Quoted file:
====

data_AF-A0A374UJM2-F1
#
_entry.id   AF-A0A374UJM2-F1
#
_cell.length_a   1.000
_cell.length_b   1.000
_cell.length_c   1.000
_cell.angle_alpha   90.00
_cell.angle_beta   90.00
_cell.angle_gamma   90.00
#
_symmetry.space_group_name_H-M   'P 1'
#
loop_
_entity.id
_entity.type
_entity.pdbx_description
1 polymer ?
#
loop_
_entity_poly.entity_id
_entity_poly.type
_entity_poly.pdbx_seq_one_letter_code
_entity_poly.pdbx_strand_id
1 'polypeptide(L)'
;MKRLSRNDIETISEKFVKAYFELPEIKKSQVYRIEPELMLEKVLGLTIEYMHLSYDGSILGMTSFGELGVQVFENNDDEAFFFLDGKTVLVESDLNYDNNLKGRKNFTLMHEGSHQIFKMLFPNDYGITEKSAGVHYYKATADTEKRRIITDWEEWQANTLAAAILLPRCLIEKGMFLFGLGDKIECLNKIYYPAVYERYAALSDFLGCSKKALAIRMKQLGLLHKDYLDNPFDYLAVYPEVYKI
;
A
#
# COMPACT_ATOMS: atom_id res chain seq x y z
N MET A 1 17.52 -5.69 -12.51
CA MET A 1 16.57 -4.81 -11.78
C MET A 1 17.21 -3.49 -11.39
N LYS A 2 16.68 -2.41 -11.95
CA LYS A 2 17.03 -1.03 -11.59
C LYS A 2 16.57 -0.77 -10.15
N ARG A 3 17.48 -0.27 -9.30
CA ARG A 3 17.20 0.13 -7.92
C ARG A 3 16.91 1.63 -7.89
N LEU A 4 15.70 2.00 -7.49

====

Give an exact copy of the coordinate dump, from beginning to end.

data_AF-A0A374UJM2-F1
#
_entry.id   AF-A0A374UJM2-F1
#
_cell.length_a   1.000
_cell.length_b   1.000
_cell.length_c   1.000
_cell.angle_alpha   90.00
_cell.angle_beta   90.00
_cell.angle_gamma   90.00
#
_symmetry.space_group_name_H-M   'P 1'
#
loop_
_entity.id
_entity.type
_entity.pdbx_description
1 polymer ?
#
loop_
_entity_poly.entity_id
_entity_poly.type
_entity_poly.pdbx_seq_one_letter_code
_entity_poly.pdbx_strand_id
1 'polypeptide(L)'
;MKRLSRNDIETISEKFVKAYFELPEIKKSQVYRIEPELMLEKVLGLTIEYMHLSYDGSILGMTSFGELGVQVFENNDDEAFFFLDGKTVLVESDLNYDNNLKGRKNFTLMHEGSHQIFKMLFPNDYGITEKSAGVHYYKATADTEKRRIITDWEEWQANTLAAAILLPRCLIEKGMFLFGLGDKIECLNKIYYPAVYERYAALSDFLGCSKKALAIRMKQLGLLHKDYLDNPFDYLAVYPEVYKI
;
A
#
# COMPACT_ATOMS: atom_id res chain seq x y z
N MET A 1 17.52 -5.69 -12.51
CA MET A 1 16.57 -4.81 -11.78
C MET A 1 17.21 -3.49 -11.39
N LYS A 2 16.68 -2.41 -11.95
CA LYS A 2 17.03 -1.03 -11.59
C LYS A 2 16.57 -0.77 -10.15
N ARG A 3 17.48 -0.27 -9.30
CA ARG A 3 17.20 0.13 -7.92
C ARG A 3 16.91 1.63 -7.89
N LEU A 4 15.70 2.00 -7.49